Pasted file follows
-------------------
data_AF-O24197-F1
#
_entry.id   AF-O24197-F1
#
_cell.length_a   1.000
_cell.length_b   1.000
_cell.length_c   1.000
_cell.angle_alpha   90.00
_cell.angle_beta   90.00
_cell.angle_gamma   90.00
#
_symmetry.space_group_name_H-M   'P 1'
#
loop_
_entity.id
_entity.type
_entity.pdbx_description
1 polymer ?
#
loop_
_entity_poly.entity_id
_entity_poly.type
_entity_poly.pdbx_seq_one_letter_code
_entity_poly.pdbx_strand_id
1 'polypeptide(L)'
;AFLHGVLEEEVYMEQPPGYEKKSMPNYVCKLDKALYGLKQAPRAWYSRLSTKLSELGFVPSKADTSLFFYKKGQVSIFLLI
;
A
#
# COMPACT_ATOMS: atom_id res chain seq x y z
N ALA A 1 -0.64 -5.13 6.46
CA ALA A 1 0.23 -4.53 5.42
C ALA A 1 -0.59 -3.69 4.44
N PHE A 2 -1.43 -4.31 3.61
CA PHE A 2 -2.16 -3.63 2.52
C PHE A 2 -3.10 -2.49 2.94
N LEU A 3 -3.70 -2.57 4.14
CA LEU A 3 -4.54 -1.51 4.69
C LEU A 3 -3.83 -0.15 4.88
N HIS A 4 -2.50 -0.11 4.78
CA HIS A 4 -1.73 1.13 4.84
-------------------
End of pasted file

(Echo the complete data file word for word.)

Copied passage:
data_AF-O24197-F1
#
_entry.id   AF-O24197-F1
#
_cell.length_a   1.000
_cell.length_b   1.000
_cell.length_c   1.000
_cell.angle_alpha   90.00
_cell.angle_beta   90.00
_cell.angle_gamma   90.00
#
_symmetry.space_group_name_H-M   'P 1'
#
loop_
_entity.id
_entity.type
_entity.pdbx_description
1 polymer ?
#
loop_
_entity_poly.entity_id
_entity_poly.type
_entity_poly.pdbx_seq_one_letter_code
_entity_poly.pdbx_strand_id
1 'polypeptide(L)'
;AFLHGVLEEEVYMEQPPGYEKKSMPNYVCKLDKALYGLKQAPRAWYSRLSTKLSELGFVPSKADTSLFFYKKGQVSIFLLI
;
A
#
# COMPACT_ATOMS: atom_id res chain seq x y z
N ALA A 1 -0.64 -5.13 6.46
CA ALA A 1 0.23 -4.53 5.42
C ALA A 1 -0.59 -3.69 4.44
N PHE A 2 -1.43 -4.31 3.61
CA PHE A 2 -2.16 -3.63 2.52
C PHE A 2 -3.10 -2.49 2.94
N LEU A 3 -3.70 -2.57 4.14
CA LEU A 3 -4.54 -1.51 4.69
C LEU A 3 -3.83 -0.15 4.88
N HIS A 4 -2.50 -0.11 4.78
CA HIS A 4 -1.73 1.13 4.84